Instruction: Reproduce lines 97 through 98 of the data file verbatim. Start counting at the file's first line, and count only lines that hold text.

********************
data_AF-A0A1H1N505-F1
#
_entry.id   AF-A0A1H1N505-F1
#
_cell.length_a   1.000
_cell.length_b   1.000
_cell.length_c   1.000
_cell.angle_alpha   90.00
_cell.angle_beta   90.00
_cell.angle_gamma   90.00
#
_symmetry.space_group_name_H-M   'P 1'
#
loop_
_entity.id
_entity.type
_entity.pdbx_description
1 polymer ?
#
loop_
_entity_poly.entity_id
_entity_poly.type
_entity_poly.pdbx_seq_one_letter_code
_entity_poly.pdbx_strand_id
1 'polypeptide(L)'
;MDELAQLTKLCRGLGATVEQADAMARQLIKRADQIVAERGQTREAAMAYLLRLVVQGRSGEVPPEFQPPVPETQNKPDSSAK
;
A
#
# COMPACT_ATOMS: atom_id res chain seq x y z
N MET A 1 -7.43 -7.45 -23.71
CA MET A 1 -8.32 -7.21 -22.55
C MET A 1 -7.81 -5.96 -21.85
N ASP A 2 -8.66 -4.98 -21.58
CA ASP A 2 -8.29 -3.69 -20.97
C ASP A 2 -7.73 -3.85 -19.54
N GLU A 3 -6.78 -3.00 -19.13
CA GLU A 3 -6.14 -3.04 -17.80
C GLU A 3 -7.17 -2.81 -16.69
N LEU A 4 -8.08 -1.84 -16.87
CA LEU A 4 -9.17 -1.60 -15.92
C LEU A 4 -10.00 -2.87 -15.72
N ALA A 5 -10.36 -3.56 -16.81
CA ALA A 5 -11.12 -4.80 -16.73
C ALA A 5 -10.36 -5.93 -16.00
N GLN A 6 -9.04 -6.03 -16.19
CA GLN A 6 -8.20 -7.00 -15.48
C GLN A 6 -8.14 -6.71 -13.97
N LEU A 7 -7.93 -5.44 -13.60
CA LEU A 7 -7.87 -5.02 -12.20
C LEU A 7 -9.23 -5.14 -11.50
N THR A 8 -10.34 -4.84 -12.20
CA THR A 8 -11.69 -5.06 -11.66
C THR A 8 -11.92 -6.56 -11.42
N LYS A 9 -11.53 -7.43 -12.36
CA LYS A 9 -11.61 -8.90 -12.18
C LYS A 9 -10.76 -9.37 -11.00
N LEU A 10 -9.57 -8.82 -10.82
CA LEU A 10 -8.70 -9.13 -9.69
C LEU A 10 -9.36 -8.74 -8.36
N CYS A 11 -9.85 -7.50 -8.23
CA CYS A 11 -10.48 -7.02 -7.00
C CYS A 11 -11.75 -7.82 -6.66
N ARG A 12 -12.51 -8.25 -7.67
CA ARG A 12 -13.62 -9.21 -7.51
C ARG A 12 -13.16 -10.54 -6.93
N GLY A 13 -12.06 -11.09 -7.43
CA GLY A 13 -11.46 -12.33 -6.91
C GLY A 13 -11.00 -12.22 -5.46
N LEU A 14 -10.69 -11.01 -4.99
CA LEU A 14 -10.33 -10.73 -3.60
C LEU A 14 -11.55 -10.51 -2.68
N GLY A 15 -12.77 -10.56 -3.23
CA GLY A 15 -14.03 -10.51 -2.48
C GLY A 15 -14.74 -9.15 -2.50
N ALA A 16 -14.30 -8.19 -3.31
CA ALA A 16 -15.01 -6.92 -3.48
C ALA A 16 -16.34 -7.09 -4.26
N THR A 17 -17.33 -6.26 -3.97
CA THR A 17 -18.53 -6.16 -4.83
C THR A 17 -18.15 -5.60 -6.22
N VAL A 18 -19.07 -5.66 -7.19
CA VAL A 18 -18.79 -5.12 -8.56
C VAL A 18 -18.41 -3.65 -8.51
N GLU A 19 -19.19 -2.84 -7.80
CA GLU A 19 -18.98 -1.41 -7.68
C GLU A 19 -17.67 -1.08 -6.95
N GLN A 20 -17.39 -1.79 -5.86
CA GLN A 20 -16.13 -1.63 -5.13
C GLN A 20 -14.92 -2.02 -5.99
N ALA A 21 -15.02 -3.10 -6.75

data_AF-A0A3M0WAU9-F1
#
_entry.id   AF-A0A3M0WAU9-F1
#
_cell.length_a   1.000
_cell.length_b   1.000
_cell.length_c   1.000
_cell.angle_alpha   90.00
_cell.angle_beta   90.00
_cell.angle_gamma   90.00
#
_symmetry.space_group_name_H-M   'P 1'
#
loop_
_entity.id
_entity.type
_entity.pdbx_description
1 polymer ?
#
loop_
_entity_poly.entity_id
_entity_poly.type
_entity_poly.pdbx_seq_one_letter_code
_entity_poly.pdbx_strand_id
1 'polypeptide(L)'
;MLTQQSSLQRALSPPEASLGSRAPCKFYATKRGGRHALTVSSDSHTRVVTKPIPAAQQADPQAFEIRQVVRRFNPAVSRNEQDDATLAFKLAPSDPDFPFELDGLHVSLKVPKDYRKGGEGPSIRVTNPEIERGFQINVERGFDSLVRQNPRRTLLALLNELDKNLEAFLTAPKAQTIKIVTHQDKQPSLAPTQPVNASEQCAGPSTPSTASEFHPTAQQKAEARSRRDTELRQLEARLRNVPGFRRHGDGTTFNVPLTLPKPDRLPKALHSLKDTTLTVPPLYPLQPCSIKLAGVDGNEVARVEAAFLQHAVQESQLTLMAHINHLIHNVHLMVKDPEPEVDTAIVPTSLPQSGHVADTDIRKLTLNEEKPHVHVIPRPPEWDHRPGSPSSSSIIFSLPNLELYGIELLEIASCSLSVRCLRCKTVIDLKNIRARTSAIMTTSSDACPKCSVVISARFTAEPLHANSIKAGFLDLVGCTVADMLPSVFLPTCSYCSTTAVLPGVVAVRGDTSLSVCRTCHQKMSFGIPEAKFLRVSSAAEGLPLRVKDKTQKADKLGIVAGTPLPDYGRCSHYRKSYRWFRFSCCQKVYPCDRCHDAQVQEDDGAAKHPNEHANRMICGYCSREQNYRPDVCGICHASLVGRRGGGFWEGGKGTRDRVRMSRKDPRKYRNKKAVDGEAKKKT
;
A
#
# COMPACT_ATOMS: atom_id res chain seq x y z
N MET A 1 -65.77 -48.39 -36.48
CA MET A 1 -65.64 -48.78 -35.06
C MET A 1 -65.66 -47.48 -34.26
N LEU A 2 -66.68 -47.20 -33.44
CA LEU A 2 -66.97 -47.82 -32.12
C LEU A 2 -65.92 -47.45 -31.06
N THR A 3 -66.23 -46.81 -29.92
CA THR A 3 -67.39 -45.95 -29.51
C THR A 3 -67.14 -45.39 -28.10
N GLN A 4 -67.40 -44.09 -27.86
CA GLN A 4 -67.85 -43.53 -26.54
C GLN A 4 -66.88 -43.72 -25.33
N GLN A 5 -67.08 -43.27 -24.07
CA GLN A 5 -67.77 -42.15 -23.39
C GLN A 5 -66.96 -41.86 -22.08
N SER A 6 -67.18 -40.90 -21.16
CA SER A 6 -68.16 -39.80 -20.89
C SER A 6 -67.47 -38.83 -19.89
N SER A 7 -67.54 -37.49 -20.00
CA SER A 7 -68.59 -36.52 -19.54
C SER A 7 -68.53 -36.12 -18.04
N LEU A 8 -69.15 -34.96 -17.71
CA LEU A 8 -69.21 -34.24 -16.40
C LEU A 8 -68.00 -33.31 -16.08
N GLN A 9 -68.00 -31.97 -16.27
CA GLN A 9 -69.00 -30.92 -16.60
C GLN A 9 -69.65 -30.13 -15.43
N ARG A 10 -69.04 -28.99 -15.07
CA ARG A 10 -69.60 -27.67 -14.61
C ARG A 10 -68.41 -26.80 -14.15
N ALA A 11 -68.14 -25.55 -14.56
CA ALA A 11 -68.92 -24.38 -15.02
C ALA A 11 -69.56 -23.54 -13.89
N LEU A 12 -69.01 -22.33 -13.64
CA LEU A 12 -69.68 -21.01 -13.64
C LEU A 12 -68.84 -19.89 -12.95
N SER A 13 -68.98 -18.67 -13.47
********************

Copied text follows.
_cell.length_b   1.000
_cell.length_c   1.000